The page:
Debate on fire services rages on at town hall
May 24, 2013 11:50 PM | 1739 views | 0 0 comments | 13 13 recommendations | email to a friend | print
By Joshua Sharpe

jsharpe@cherokeetribune.com

CANTON — The Canton mayor opened his town hall meeting Thursday by advising that likely no more than 40 minutes would be spent discussing how to remedy the city’s issues with fire services, but a solid two hours later the issue was still hot on the lips of the crowd of about 50 residents and city officials.

For several months now, debate has torn through Canton over how to — and who should — solve the city’s issue of having only two fire stations. Some suggest a merger with Cherokee County’s fire department to better serve the city. Others call for Canton to go it alone, even if it means higher taxes.

Before turning the floor over to residents Thursday night, Mayor Gene Hobgood told those in attendance at the town hall meeting that he and the members of the City Council wanted to hear from them on how they would like to see the fire services issue handled.

“I hope you do keep in mind that it’s not for the mayor and council to tell you,” Hobgood said. “It’s for you to tell us what you want and what your thoughts are.”

They weren’t bashful.

Clay Howie, a Canton resident and member of the newly-appointed Commission on Canton’s Future, was first to speak.

“I would like to ask why it’s an option to consolidate the Canton Fire Department with county fire services,” Howie said. “How would that be beneficial to me at all?”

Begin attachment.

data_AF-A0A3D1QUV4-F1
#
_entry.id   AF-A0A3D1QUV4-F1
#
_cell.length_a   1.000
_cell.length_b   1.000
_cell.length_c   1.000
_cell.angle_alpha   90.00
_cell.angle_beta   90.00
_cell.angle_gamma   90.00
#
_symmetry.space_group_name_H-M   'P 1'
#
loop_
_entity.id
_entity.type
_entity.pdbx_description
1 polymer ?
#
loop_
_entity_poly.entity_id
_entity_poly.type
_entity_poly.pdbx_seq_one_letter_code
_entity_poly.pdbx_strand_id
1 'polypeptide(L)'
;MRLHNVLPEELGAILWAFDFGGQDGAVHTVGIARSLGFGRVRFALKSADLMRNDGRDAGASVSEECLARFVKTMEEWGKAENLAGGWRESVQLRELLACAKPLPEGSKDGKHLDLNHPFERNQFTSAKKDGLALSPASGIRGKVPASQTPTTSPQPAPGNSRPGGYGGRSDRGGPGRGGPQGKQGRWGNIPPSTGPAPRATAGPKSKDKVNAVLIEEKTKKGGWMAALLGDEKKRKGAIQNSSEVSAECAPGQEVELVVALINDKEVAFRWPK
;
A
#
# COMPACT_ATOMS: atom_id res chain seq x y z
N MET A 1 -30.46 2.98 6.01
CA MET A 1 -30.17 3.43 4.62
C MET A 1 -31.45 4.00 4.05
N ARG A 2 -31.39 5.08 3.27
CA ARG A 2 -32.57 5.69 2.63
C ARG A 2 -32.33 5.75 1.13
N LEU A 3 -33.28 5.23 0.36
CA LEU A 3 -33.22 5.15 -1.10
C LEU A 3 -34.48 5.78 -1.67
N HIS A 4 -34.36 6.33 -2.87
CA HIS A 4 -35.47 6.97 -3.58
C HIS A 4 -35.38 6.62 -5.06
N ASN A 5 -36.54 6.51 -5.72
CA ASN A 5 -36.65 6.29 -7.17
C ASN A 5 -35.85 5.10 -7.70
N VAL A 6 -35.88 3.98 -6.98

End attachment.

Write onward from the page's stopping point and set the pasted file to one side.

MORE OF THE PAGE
Councilman Glens Cummins, the most outspoken member of the Council on considering that option, answered.

“If (we) were consolidated under the county, it would be 3.394 mills in order to provide four fire stations to this city,” Cummins said of the millage rate residents would pay for fire services if the county built two additional Canton stations. “If the city is to provide those same two fire stations operated in the same manner, it is going to cost at least 6 mills. So a benefit to you is your property taxes will be lower.”

Hobgood echoed Cummins statements on the costs being lower with the county.

“From a purely economic standpoint” he said, “the cost would be far less through a merger-type arrangement as opposed to us going in alone and building those stations.”

John Rust, the chair of the Commission on Canton’s Future, spoke out in favor of the potential merger with Cherokee County fire services, but said multiple options should be explored.

“Let’s look at the options. The option to float a bond for $6 million is defeated,” Rust said of the voter-defeated Fire Bond Referendum to fund three new Canton stations. “But there’s one option out there — and that’s merging — let’s put it on the table along with three or four other options and determine which one is the best. Let’s be open-minded, guys.”

One Canton resident, Harry Cooper, went one step further and recommended consolidating the entire Canton government with that of the county.

“It looks like we’re heading down the road of merging,” he said. “So why don’t we just merge? Do away with this expensive city manager, do away with the city council (and) have a unified government. I love (Canton). My wife’ll tell ya I love it. But I just hate us fighting over just a city having to have this and have that. We don’t need to have all our own stuff.”